We hear this phrase so often.
Each day we are given 24 hours in which to complete everything we need to complete. For many of us much of that time is spent working, and probably just as much sleeping.
Having recently started a new job, moved to a new country and thus begun a whole new routine to my week — time is suddenly not on my side.
I am finding myself constantly thinking ‘there are just not enough hours in the day.’
And it is so frustrating…
Time, achievement and daily goals
It got me thinking about time and about how we use it in our everyday lives. As I was stuffing my face with the dinner I had to cram in, during the 5 minute gap between classes, I pondered on the fact that my day/week/month had seemed so rushed so far.
I seemed to be constantly doing something, worrying about things I still needed to do or planning for the stuff I need to do the next day.
I am definitely someone who thrives on having a routine to life.
I enjoy being able to achieve as much as possible in one day and going to bed at night thinking ‘today was productive.’ But what is achievement, and why do we strive for it?
Presumably, having achieved something means something different to everyone. Simply getting out of bed may be a huge achievement for one person, whereas running a half marathon after a full working day might be pretty do-able for another. Whatever our goals, how would we feel if we didn’t achieve anything?
Unfulfilled? Let down? Lazy?
Perhaps this depends on our own minds and actions.
Achieving everything we want to during a day is a very big ask, so is aiming high always a good thing or are we just setting ourselves up for failure?
During one day can we:
- exercise as much as we want/need to, keep our awareness on our diet (which would inevitably mean having time to cook a healthy, balanced meal or three)
- whilst performing at work to the best of our ability
- maintaining a healthy social life as well as family life
- keeping our interests and hobbies alive and doing the things we love
- attempting to learn something new every day
- and completing all necessary errands and tasks which allow us to live like a “normal” person in society.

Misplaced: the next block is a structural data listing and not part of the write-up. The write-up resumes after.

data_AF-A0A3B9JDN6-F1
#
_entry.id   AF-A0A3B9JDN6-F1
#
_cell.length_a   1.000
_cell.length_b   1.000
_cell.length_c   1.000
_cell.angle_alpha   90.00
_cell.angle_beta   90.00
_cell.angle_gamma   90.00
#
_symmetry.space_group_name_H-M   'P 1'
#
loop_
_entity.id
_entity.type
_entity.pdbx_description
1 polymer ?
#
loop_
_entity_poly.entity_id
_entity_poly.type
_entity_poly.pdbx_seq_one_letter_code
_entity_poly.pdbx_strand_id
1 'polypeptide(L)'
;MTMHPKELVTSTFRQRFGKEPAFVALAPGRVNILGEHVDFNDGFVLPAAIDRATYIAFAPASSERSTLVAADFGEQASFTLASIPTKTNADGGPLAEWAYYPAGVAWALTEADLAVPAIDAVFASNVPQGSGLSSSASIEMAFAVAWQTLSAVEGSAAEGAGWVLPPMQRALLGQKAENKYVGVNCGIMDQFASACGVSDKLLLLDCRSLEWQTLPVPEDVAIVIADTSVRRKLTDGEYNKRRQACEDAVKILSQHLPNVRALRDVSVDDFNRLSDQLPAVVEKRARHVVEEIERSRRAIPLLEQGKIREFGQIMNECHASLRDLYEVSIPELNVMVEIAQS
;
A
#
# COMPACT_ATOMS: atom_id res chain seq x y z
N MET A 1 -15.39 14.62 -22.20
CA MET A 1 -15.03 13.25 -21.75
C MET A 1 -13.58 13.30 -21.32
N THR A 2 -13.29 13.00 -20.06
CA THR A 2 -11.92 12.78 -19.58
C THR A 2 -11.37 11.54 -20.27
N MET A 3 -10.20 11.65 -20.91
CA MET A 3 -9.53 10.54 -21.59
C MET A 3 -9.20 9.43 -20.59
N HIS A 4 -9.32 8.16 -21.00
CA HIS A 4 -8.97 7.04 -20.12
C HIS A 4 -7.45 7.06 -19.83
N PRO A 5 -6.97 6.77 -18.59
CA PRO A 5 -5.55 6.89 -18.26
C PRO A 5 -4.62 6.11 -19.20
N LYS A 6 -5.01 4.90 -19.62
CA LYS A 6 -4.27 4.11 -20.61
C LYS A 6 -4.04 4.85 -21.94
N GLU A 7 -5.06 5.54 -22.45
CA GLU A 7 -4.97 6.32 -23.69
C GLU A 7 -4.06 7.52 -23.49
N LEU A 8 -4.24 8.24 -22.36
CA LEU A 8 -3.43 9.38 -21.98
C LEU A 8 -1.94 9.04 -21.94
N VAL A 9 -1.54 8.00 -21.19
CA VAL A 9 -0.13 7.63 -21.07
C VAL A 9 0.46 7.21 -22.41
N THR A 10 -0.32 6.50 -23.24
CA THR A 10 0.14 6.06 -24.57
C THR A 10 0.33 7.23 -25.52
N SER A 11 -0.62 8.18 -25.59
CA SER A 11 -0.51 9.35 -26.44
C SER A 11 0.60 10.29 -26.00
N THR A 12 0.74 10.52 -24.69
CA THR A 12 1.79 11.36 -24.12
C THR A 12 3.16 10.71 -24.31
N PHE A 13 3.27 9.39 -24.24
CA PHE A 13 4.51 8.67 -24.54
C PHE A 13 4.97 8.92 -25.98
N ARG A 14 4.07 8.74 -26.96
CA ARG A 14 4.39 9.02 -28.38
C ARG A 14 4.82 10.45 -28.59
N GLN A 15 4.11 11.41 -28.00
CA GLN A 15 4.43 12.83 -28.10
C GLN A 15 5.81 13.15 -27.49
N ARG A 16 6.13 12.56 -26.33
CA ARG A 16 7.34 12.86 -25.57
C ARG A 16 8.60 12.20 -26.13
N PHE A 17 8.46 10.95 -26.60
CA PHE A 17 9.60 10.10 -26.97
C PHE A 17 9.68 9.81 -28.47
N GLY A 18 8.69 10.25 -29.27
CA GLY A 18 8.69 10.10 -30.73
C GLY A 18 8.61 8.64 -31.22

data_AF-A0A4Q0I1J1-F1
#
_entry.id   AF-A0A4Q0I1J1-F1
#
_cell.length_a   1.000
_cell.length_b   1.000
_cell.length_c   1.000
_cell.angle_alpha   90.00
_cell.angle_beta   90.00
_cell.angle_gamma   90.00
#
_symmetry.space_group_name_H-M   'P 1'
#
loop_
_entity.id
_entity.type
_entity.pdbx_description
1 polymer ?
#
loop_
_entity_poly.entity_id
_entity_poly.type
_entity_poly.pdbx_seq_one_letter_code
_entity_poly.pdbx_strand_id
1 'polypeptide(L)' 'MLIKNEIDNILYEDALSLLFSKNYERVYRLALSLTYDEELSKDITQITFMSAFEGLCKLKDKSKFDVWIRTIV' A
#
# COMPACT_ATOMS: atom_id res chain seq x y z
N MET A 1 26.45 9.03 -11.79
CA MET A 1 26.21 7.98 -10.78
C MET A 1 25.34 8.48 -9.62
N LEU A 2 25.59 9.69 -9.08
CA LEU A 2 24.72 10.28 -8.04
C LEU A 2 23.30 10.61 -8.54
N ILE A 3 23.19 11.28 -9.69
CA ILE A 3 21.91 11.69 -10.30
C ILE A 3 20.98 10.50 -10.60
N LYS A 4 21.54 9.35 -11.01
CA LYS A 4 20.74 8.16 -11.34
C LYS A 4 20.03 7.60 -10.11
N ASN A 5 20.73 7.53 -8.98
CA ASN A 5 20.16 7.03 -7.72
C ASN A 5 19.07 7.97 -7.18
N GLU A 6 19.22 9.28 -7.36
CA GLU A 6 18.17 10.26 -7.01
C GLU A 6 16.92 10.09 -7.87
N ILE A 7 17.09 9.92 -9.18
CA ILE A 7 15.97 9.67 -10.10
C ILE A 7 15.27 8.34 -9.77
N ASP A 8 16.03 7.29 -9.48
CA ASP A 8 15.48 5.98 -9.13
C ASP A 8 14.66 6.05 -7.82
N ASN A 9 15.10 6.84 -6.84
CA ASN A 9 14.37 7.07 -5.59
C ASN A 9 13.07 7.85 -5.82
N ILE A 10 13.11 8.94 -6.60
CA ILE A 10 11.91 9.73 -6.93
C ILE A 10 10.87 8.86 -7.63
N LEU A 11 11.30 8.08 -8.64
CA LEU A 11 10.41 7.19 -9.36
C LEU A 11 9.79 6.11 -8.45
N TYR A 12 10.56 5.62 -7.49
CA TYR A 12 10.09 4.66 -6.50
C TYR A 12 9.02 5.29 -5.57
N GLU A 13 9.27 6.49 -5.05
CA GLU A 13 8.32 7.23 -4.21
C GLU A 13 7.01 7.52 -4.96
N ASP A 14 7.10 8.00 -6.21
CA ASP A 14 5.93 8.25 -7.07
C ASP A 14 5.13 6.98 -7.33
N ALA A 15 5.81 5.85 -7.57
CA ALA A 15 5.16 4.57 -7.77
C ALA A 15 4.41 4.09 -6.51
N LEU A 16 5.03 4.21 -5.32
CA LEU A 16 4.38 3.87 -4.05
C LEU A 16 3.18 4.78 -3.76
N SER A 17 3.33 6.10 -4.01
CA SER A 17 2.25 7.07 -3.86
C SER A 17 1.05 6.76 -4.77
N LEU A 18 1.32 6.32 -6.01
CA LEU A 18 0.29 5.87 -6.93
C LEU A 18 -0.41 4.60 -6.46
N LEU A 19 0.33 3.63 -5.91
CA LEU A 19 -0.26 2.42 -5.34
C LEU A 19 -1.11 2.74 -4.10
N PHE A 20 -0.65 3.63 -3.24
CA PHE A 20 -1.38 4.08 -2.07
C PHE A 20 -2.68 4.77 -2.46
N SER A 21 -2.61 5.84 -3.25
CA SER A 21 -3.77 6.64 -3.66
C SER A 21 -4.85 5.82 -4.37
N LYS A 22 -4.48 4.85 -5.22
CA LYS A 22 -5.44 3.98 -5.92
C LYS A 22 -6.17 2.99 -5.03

Yes, that was a long sentence.
In order to have continuity and progress with each of these things there needs to be regularity to each one so it really does need to be everyday, or at least pretty frequently.
Will that send us insane?
Add to the list: working at being less of a control freak and keeping life spontaneous at the same time. It seems virtually impossible.
Time and expectations
I found myself wondering ‘how can we be expected to do all of these things in one day?’ But are we expected to do all these things?
Who expects us to?
The word ‘society’ floats around my head somewhere in answer to that question. But is that true?
Time is a gift that we are given, and we can use it in any way we choose. Yes there are certain things that we need to do in life but the construct of our days, weeks etc are simply a concept. The only person who is putting pressure on us to achieve more, gain more, use time better, is ourselves.
Whenever somebody asks me ‘what did you do today?’ or ‘what have you been up to lately?’ or ‘what were the highlights of your year?’ I feel the need to respond with something meaningful, something worth their asking, something that proves I have achieved and gained in life.
I always envied those people who can respond with ‘not much, just relaxing.
Ayurvedic medicine and body types
Ayurvedic medicine believes there are 3 doshas or body types: vata, pitta and kapha.
Each of these body types corresponds to us and we can be a mixture of two or three, or sometimes just one, but we are always dominant with one dosha over the others. The way to diagnose someone is to look at their traits: physical, emotional, mental and behavioural.
Regarding our subject today pitas tend to be full of energy, being fiery and productive, always on the go.
Kapha is the slightly more lethargic and docile dosha.
Vata types are those who benefit most from having a routine, but also those who find a routine the most challenging.
Attempting to keep a balance in your doshas is essentially what we are all striving for in all areas of life. Keeping a balance between all three is rare and difficult, but once we can acknowledge our tendencies, we can also attempt to work on them progressively.
Personally, being a Vata (dominant) Kapha, I am very aware that I have that slight kapha side in me, which can sometimes take over, and become more dominant. So, the way to overcome the lethargic, slightly lazier side of me is to create a routine, which inevitably is difficult due to the dominance of vata.
So there needs to be a happy medium — which is what we are all striving for.
This begs the question: are we simply being too hard on ourselves?
It is okay to be lazy sometimes, to relax, to not achieve everything that needs to be done in a day. We know that, others know that, we just need to convince ourselves that it is true and allow ourselves a little leeway sometimes.
At the end of the day “time” is simply a construct created to make our lives easier. Everything is more organized because we have weeks, days, and minutes.
But life is here and now, tomorrow may not exist and yesterday is long gone, so keeping our awareness in the present is surely the only way to live.
“It’s being here now that’s important. There’s no past and there’s no future. Time is a very misleading thing. All there is ever, is the now. We can gain experience from the past, but we can’t relive it; and we can hope for the future, but we don’t know if there is one.”
~ George Harrison